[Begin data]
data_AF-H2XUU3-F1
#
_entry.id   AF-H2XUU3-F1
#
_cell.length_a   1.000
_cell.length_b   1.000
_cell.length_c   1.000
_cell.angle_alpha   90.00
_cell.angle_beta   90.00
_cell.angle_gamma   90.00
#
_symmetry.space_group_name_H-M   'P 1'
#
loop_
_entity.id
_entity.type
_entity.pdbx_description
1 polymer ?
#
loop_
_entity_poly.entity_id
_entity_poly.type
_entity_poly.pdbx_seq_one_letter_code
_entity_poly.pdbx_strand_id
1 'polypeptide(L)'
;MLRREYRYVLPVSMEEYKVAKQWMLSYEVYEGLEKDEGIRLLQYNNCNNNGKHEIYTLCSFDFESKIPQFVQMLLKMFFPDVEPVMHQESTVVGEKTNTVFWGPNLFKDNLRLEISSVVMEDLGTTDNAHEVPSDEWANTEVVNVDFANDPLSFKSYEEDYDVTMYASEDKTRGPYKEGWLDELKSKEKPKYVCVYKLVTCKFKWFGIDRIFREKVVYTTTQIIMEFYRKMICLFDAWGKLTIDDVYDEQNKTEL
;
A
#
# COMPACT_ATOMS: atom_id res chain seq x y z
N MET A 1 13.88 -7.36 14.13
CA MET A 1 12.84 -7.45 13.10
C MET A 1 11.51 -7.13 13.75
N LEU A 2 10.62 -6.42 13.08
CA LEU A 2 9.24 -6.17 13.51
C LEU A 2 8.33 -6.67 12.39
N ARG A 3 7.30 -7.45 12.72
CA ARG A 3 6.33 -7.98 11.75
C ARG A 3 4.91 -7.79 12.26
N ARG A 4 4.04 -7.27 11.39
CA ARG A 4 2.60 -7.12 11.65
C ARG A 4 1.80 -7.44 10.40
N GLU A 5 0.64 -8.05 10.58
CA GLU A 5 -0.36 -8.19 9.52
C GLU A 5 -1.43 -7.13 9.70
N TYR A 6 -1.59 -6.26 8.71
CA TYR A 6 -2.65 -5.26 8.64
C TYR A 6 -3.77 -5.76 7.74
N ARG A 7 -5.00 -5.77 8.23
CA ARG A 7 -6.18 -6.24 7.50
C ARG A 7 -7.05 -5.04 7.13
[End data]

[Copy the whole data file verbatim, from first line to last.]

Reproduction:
data_AF-H2XUU3-F1
#
_entry.id   AF-H2XUU3-F1
#
_cell.length_a   1.000
_cell.length_b   1.000
_cell.length_c   1.000
_cell.angle_alpha   90.00
_cell.angle_beta   90.00
_cell.angle_gamma   90.00
#
_symmetry.space_group_name_H-M   'P 1'
#
loop_
_entity.id
_entity.type
_entity.pdbx_description
1 polymer ?
#
loop_
_entity_poly.entity_id
_entity_poly.type
_entity_poly.pdbx_seq_one_letter_code
_entity_poly.pdbx_strand_id
1 'polypeptide(L)'
;MLRREYRYVLPVSMEEYKVAKQWMLSYEVYEGLEKDEGIRLLQYNNCNNNGKHEIYTLCSFDFESKIPQFVQMLLKMFFPDVEPVMHQESTVVGEKTNTVFWGPNLFKDNLRLEISSVVMEDLGTTDNAHEVPSDEWANTEVVNVDFANDPLSFKSYEEDYDVTMYASEDKTRGPYKEGWLDELKSKEKPKYVCVYKLVTCKFKWFGIDRIFREKVVYTTTQIIMEFYRKMICLFDAWGKLTIDDVYDEQNKTEL
;
A
#
# COMPACT_ATOMS: atom_id res chain seq x y z
N MET A 1 13.88 -7.36 14.13
CA MET A 1 12.84 -7.45 13.10
C MET A 1 11.51 -7.13 13.75
N LEU A 2 10.62 -6.42 13.08
CA LEU A 2 9.24 -6.17 13.51
C LEU A 2 8.33 -6.67 12.39
N ARG A 3 7.30 -7.45 12.72
CA ARG A 3 6.33 -7.98 11.75
C ARG A 3 4.91 -7.79 12.26
N ARG A 4 4.04 -7.27 11.39
CA ARG A 4 2.60 -7.12 11.65
C ARG A 4 1.80 -7.44 10.40
N GLU A 5 0.64 -8.05 10.58
CA GLU A 5 -0.36 -8.19 9.52
C GLU A 5 -1.43 -7.13 9.70
N TYR A 6 -1.59 -6.26 8.71
CA TYR A 6 -2.65 -5.26 8.64
C TYR A 6 -3.77 -5.76 7.74
N ARG A 7 -5.00 -5.77 8.23
CA ARG A 7 -6.18 -6.24 7.50
C ARG A 7 -7.05 -5.04 7.13